In 2020, during the intense uprisings and unrest that followed the painful murder of George Floyd at the hands of police officers in Minneapolis, business owners throughout downtown Durham boarded their windows and doors to guard their property. Artists like Gemynii regarded these shields as a wooden medium to create murals for displaying messages of rage and love. This artwork was an extension of her past movement-conscious work, like the Rekia Boyd portrait she presented me with after I addressed a crowd at a rally.
Queer artistry and expression infused with the muse of resistance is a critical dimension of Gemynii. She gives a speech, a poem, a song—a story to every portrait of bold Black beauty that she conceives. They are music icons, community leaders, sex symbols, friends, martyrs, heroes. Their faces and bodies are expressed through thoughtfully intricate and exaggerated proportions, intentionally blended shades and schemes, deep shadows, color theory, and strokes of radical queer love.
The third dimension is Gemynii’s commitment to the holistic well-being of her community. In her role at the LGBTQ Center of Durham, she serves as the director of housing and therapeutic services, bringing together through Project FAM three programming areas: gender resources, advocacy, and support programs; housing and therapeutic services; and services for LGBTQ survivors of sexual and domestic violence. These services are low-barrier, free, and accessible to anyone in Durham and the Triangle age 18 and older. They seek to support LGBTQ people and families in all stages of their lives.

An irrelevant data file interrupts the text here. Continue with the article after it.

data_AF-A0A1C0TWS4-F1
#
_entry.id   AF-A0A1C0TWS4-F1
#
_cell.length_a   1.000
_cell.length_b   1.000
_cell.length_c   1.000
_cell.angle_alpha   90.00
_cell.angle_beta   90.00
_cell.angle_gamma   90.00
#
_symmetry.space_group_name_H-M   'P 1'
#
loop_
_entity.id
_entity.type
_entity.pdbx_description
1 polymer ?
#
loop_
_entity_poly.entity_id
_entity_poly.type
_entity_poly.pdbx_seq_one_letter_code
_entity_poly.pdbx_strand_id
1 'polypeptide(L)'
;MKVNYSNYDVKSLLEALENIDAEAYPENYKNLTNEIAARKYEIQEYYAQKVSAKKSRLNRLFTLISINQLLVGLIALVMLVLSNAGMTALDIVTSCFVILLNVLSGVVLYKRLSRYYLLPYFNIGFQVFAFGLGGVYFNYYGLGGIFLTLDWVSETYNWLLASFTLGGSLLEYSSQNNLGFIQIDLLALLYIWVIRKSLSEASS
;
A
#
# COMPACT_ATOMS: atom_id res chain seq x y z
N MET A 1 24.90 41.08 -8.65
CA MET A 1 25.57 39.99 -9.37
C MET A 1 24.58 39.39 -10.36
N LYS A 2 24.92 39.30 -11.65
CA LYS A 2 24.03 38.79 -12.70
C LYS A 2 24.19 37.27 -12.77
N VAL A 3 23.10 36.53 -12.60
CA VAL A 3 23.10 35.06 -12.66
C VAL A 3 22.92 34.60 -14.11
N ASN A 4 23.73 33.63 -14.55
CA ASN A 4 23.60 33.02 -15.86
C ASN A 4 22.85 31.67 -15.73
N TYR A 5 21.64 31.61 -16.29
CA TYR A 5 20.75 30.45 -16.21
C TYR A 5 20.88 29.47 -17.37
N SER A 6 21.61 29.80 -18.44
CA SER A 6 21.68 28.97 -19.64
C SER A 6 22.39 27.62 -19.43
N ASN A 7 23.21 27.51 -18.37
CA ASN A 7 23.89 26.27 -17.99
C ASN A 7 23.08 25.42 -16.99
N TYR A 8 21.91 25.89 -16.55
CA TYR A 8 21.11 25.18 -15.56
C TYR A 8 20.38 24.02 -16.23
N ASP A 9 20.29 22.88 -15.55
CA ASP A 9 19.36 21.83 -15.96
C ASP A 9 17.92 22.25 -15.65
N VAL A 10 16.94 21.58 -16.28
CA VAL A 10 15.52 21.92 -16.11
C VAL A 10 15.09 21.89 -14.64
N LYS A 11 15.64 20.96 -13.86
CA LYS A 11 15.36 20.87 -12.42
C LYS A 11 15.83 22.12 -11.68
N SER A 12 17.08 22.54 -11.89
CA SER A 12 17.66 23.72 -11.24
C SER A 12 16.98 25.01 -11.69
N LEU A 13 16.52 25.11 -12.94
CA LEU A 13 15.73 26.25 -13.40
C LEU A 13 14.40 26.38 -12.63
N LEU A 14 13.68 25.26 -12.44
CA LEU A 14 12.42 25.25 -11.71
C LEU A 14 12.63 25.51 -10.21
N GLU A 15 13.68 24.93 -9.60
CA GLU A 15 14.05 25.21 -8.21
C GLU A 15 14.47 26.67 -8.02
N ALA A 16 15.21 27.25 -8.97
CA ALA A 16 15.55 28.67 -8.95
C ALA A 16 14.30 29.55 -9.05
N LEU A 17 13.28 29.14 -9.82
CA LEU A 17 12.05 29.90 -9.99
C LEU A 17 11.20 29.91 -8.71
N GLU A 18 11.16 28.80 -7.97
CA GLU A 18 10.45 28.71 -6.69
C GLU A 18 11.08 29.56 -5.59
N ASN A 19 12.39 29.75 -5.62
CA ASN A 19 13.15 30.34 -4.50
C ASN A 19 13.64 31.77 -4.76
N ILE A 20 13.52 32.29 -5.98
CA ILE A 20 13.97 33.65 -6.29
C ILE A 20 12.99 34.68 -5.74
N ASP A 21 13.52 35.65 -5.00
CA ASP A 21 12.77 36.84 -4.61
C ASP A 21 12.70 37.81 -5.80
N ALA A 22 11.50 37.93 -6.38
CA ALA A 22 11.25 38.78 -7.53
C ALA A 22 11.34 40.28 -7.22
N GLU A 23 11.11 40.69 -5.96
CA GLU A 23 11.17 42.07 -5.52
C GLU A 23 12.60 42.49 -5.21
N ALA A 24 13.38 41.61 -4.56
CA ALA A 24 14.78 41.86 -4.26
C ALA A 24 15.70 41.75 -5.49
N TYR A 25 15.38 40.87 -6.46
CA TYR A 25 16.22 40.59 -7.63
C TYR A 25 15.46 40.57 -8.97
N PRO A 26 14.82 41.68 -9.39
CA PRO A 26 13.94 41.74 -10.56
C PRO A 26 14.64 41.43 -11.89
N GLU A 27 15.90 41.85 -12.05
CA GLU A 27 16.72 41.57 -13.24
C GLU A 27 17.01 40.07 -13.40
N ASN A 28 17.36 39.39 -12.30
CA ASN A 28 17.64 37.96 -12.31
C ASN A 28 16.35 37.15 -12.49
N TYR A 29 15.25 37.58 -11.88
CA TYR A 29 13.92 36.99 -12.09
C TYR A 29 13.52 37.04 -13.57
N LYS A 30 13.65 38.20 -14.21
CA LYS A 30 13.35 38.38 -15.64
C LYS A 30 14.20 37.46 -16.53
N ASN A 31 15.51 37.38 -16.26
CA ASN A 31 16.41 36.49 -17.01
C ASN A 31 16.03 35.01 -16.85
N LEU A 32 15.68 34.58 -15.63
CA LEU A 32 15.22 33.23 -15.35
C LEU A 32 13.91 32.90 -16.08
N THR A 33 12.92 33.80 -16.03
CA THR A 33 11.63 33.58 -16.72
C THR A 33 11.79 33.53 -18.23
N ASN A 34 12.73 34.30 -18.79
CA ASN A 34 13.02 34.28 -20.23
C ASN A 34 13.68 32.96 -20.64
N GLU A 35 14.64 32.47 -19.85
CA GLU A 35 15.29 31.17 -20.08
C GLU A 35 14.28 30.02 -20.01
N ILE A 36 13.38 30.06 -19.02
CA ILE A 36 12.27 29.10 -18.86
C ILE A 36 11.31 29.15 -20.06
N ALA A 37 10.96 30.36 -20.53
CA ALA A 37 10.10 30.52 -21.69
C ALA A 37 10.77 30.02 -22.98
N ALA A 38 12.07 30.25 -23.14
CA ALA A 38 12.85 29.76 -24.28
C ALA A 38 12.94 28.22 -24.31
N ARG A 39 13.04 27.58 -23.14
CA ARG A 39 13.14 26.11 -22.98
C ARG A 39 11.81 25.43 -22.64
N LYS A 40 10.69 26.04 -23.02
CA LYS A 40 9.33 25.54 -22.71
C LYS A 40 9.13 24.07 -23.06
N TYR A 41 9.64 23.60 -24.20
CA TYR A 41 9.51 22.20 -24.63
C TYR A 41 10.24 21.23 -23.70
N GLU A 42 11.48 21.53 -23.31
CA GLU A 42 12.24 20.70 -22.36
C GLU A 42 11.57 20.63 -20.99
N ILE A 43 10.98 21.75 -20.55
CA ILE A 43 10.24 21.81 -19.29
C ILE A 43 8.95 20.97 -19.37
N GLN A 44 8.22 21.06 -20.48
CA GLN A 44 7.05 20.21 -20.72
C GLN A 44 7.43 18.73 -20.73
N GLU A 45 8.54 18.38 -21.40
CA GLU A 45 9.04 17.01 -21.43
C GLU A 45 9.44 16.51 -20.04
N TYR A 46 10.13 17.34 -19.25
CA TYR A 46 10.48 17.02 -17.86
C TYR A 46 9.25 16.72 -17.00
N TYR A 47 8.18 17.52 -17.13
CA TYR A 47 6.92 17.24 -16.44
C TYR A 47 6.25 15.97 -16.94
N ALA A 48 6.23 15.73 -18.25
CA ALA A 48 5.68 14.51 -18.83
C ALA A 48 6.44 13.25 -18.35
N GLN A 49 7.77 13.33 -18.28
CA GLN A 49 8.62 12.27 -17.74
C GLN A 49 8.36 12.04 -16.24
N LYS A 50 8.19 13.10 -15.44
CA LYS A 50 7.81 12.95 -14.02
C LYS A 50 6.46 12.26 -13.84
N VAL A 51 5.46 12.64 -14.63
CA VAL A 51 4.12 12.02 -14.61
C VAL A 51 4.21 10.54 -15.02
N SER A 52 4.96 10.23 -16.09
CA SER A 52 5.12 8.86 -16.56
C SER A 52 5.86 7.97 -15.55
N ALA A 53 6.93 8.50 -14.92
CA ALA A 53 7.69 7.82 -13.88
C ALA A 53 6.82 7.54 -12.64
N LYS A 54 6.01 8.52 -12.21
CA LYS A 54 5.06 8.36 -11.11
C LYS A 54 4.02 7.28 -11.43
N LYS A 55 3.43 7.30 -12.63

The LGBTQ Center of Durham hosts an ingenious variety of members like Gemynii and programs like Project FAM. As with rent parties, artistically repurposing boarded windows, amplifying queer Black faces and bodies, and through Project FAM, Gemynii compounds her love for her work with her love for her people. She extends an empathetic approach to addressing the pain and deprivation experienced disproportionately by those represented by her own identities. She listens, connects people to services, and applies her personal narrative as a Black queer human as a lens to humanize those she serves.
To celebrate this Gem during LGBTQ History Month is to celebrate the long-standing legacy of queer change makers and storytellers. Gemynii is another in a lineage of wielders of queer Black fiery love, interpreters of the queer Black soul, lifelines for queer Black existence. I have the honor of knowing this human in 3-D, and her impact is part of my own queer testimony. She made me believe that I can be me and just me and not give a damn. This Gem is certainly a treasure. Here, you’ll see evidence of Gemyinii’s activism and her painted artwork. I hope you can appreciate, as I do, the experience of Gemynii in 3-D.